• Digging – Wild rabbits live in burrows, so naturally rabbits like to dig. Providing our pet rabbits somewhere to dig such as a digging pit, a large litter tray or a planter filled with earth will allow them to gleefully enjoy this natural behaviour.
  • Hiding – Tunnels and hiding places or a wooden or cardboard box allow your rabbit to hide which, as a prey animal, is another vital natural behaviour. In the wild, hiding would keep them safe from predators. In captivity, it makes them feel safe and secure so they can rest. Hiding places should have both an entrance and exit so they feel safe to enter without feeling trapped.
  • Foraging - Rabbits naturally wouldn’t find their food centrally in one area such as a bowl. So to mimic nature, scatter pellets, fruit or veggies around their enclosure, in their tunnels, or under some hay. This will encourage their natural urge to go foraging.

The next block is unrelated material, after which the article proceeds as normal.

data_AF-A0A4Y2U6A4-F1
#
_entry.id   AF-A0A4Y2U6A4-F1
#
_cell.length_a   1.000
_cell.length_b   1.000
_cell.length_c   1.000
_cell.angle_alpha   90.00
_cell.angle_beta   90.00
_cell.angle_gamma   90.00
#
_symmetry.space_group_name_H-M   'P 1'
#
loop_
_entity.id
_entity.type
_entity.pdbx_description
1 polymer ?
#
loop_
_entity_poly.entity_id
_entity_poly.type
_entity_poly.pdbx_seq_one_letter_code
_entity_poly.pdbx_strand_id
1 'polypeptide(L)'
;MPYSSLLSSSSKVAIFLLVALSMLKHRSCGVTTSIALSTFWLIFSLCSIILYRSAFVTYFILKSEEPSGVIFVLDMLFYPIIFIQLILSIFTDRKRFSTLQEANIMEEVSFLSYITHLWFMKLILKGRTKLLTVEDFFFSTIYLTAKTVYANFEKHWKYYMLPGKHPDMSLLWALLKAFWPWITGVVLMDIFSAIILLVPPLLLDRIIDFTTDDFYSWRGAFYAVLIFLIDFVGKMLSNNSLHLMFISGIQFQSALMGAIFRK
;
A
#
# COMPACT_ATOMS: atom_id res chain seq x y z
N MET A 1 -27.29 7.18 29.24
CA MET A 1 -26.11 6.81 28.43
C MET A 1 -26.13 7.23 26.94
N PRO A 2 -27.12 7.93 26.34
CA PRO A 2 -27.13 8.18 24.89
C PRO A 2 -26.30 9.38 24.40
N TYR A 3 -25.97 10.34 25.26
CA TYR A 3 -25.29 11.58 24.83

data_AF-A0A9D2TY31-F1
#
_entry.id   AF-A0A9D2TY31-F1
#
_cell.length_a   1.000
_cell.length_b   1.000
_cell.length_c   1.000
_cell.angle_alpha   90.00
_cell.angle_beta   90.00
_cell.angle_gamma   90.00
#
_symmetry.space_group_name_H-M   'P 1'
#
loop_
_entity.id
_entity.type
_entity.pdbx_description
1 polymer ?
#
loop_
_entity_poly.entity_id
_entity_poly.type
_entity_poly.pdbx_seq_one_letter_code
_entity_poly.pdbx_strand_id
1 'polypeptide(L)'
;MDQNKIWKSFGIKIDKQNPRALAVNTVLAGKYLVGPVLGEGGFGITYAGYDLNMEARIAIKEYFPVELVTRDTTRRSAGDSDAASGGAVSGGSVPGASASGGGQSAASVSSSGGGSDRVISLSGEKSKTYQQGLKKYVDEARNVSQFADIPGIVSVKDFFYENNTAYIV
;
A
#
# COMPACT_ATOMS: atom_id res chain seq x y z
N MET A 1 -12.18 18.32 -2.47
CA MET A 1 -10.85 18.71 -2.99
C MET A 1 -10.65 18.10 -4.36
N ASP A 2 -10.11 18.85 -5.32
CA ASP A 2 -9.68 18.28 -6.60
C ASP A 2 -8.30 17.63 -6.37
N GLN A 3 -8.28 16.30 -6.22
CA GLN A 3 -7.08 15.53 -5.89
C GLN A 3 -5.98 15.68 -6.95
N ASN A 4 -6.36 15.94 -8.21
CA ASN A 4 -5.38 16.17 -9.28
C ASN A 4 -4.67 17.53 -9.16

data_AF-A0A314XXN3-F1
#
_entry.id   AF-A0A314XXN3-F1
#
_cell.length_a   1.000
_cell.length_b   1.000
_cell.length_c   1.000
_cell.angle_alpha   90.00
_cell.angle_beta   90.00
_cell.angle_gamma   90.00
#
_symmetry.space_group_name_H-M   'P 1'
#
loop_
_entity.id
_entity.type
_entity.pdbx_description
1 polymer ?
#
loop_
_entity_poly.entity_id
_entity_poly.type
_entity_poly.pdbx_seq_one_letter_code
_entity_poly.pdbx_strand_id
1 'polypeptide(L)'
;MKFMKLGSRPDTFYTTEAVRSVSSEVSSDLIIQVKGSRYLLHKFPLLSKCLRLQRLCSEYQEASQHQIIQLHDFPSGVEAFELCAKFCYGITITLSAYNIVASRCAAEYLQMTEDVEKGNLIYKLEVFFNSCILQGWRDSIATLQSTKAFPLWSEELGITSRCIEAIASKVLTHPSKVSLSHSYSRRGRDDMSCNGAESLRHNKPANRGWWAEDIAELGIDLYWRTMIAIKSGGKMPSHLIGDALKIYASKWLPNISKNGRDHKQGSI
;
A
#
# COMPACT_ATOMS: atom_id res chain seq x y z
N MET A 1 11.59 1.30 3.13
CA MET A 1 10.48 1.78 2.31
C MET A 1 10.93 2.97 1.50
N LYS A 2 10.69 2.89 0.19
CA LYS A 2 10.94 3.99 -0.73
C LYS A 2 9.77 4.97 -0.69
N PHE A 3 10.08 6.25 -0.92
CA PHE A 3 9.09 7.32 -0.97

• Treat balls not only provide a fun way to feed your rabbit but also encourage movement to keep the body healthy.
  • Cardboard tubes, tunnels, paper bags, and cardboard boxes stuffed with fresh hay, fresh herbs and veggies encourage foraging and exercise.
  • Fruit tree branches such as willow, hazel, apple, and blackthorn are great alternatives for your rabbit to nibble and gnaw on and are a healthy treat as well as keeping those teeth from becoming overgrown. Rabbit teeth are always growing so this little trick can be super helpful to keep them at a good length.
  • Pick some fresh grass and weeds to hide around their enclosure to give them a treat that’s slightly different and interesting.
  • Toys, both for feeding and just playing can keep your rabbits stimulated and happy.